When he arrived downstairs, he found himself in the midst of a small commotion. Ellis was lying down on the couch, Dal crouched on the floor by his hips. Kris was walking swiftly out of the kitchen, drying her hands with paper towels that she dumped on the coffee table. There was a bowl of clear liquid sitting on the table with what looked like a pair of scissors and a washcloth in it.

“What’d I miss?” He greeted nonchalantly, stepping towards them. Kris reached into the bowl of clear liquid on the coffee table and pulled out the thin scissors.

She knelt down beside Ellis’ head, “I told you, you should’ve washed your hands.” She chided absently. Nick’s brow furrowed, confused, and he stepped closer to the scene of whatever crime was taking place, peering over the arm of the couch to see Ellis’ face and determine what the hell was going on. Obviously Kris wasn’t going to just tell him, so he might as well preform his own investigation.

As soon as he saw the dusty blue color on Ellis’ temple, he knew what had happened, and his stomach twisted.

The stitches were infected. And badly, by the looks of it. Ellis’ face was screwed up in pain and covered in a sheen of sweat. He looked a touch feverish, in fact. Kris put one hand on Ellis’ forehead, pressing down firmly to hold him in place.

“Don’t. Move.” She said clearly. Ellis made a thin sound in reply, likely nothing more than acknowledgment. Kris frowned then, and started snipping away at the stitches and pulling them out. She moved methodically, effortlessly, and efficiently, completely ignoring Ellis’ occasional noises of distress. Within a few seconds, the stitches were out and she was pulling the washcloth out of what Nick was now guessing was alcohol.

He watched as she carefully ran the wet cloth over the wound, wiping away pus and pushing gently to get more of the gunk out of the wound. Ellis’ breathing was fast and shallow, his jaw clenched, and his whole body shaking with restrained tremors.

Dal took the guy’s hand carefully, and Nick saw the moment Ellis started squeezing. Dal didn’t even flinch, just watched his mother work stonily. The kids face was paler than usual, and he looked like he was seriously contemplating being sick, in much the same way Nick was.

“Damn,” Nick stated rather stupidly, reaching up his hand to run his fingers through his hair again. His head was pounding harder than it had been a few minutes ago. He swallowed down nausea, feeling a touch dizzy.

Kris shook her head in what looked like disbelief as she continued cleaning the wound, “He has a fever,” she stated blandly. “He needs penicillin.”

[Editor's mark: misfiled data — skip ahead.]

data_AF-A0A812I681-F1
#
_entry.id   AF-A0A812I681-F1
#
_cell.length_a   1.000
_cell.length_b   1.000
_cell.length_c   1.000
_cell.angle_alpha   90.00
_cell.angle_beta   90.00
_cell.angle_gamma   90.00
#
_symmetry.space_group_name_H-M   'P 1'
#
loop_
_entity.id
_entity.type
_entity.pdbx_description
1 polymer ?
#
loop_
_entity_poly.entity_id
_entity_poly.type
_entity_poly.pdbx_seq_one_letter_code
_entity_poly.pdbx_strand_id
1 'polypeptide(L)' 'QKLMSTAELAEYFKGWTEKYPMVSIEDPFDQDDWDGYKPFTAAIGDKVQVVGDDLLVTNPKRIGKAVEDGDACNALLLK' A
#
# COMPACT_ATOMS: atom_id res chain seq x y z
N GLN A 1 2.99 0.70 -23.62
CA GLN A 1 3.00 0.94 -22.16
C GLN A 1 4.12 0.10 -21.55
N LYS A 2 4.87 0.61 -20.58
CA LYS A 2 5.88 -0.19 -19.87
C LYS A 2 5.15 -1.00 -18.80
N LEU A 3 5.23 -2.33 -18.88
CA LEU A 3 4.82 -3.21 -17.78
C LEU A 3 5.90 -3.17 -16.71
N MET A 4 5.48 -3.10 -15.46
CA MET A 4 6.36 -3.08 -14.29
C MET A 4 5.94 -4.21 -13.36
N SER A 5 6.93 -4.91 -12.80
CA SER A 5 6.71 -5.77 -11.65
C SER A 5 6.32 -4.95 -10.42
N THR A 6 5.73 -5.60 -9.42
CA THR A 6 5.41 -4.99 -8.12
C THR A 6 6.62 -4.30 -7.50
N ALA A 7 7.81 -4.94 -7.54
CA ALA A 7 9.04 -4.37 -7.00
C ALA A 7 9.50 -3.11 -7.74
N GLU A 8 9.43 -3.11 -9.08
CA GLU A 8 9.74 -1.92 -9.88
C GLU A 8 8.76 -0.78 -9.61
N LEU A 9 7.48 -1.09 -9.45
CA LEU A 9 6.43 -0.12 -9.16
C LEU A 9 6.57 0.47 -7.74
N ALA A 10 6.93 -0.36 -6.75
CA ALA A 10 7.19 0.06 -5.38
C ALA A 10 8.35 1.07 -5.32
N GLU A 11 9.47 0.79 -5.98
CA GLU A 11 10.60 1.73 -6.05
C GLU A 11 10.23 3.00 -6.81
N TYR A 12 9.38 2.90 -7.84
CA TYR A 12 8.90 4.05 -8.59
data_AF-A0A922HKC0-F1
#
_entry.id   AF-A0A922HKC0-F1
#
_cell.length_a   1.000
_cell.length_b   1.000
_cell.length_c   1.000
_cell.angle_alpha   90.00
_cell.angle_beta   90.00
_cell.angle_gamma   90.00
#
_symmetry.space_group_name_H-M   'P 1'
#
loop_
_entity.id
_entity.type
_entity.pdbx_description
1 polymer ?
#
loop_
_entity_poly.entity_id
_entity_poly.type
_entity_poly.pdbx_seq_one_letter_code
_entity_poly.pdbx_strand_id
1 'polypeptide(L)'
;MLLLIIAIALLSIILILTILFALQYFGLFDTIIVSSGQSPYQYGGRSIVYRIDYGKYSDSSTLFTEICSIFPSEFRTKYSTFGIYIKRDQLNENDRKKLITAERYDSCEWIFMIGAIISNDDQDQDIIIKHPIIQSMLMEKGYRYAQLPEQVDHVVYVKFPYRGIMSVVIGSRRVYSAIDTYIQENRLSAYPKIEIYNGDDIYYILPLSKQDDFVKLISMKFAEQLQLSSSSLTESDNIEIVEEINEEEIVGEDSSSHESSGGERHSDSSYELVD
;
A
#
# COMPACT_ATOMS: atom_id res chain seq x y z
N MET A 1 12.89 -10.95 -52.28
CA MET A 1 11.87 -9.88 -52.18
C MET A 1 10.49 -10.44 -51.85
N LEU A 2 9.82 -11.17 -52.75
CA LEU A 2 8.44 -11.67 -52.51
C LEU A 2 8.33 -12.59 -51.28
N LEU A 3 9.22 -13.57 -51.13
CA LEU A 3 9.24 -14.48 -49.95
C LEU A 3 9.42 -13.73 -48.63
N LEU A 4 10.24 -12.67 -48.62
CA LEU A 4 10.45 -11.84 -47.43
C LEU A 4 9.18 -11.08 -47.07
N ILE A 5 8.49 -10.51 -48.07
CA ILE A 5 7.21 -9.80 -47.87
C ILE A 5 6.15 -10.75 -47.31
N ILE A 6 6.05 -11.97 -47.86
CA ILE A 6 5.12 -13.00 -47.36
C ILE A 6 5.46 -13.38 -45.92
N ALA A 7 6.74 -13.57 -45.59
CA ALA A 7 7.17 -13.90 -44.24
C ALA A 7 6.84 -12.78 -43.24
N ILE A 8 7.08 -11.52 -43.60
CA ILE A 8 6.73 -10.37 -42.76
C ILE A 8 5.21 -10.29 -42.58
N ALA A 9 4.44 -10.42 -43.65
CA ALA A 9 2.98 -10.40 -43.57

“Please tell me we thought to grab that.” Nick said without an ounce of hope in his voice.

“We didn’t. I looked.” Kris answered calmly, dunking the washcloth in the bowl again. “Someone needs to go to either the hospital or the nearest drug store and get a bottle of it.”

“What’s wrong with Ellis?” Megan’s voice floated down from halfway up the stairs, and Nick turned to glance at her. His head pounded harder with the sudden movement, but he ignored it.

“His stitches are infected.” Nick told her, “Someone has to go and get penicillin.”

Megan’s expression turned both serious and concerned, “There’s a drug store not far from here. Turn left at Elm Street and it’s about four blocks down. I could take someone.”

“You’re still injured, Megan,” Kris stated disinterestedly. “You’d pop your stitches if something attacked you.”

Nick nodded in agreement, “Me and Dal can go.”

“Dal and I will go,” Kris stated with surprising finality, acting very obviously as if she hadn’t heard Nick at all. The conman glowered at her as she straightened up. She looked over at him with a glare of her own. “Out of everyone here, I’d say the concussed one should be the last to offer going out somewhere. Especially when he’s developing a crippling migraine.”

She had an excellent point, and it infuriated him. He distinctly recalled the last time he’d tried fighting with one of his migraines. He’d passed out in the middle of a horde and very nearly gotten himself trampled. Not to mention how bad his aim was when he couldn’t see straight from the pain.

“Are you sure that’s a good idea? You think you and Dal will be able to work together?” Megan asked, having come the rest of the way downstairs and chosen a spot behind the couch to hover over Ellis.

“It’s the only option, Megan.” Kris replied coldly. “The rest of you are incapacitated.”

Nick scowled darkly, wishing there was a counterargument in the universe that wouldn’t sound petty but there really wasn’t anything he could say. Besides, he actually only wanted Dal to come back alive. If she wanted to off herself by way of infected, she was welcome to it. And anyway, Kris wouldn’t purposefully get Dal killed – probably.

He ought to make sure, though.

“If anything happens to him, I’ll make sure you regret making it this far.” He said darkly, gaze hardening. Behind the woman, he could see Dal staring at the two of them with slightly widened eyes. For some reason, Dal always seemed to look worried or frightened when Nick and Kris were glaring at each other. Even though neither of them had ever become violent against the other, the kid seemed like he was constantly expecting one of them to start beating on the other.

Kris stared at him stonily for only a moment before she stepped around him wordlessly. As she was pulling an assault rifle out of the coat closet where they had decided to stash all their weaponry, Nick briefly wished upon a star that she would meet her untimely demise while on this drug run with Dal.

Nick knew she wasn’t frightened, but she really ought to be. She didn’t know what he had done to people who wronged him in the past. She didn’t know what kind of person he was. She didn’t have a clue what he’d be willing and able to do to her if anything happened to Dal.

He wasn’t even sure he knew what he’d be willing to do.

Next Chapter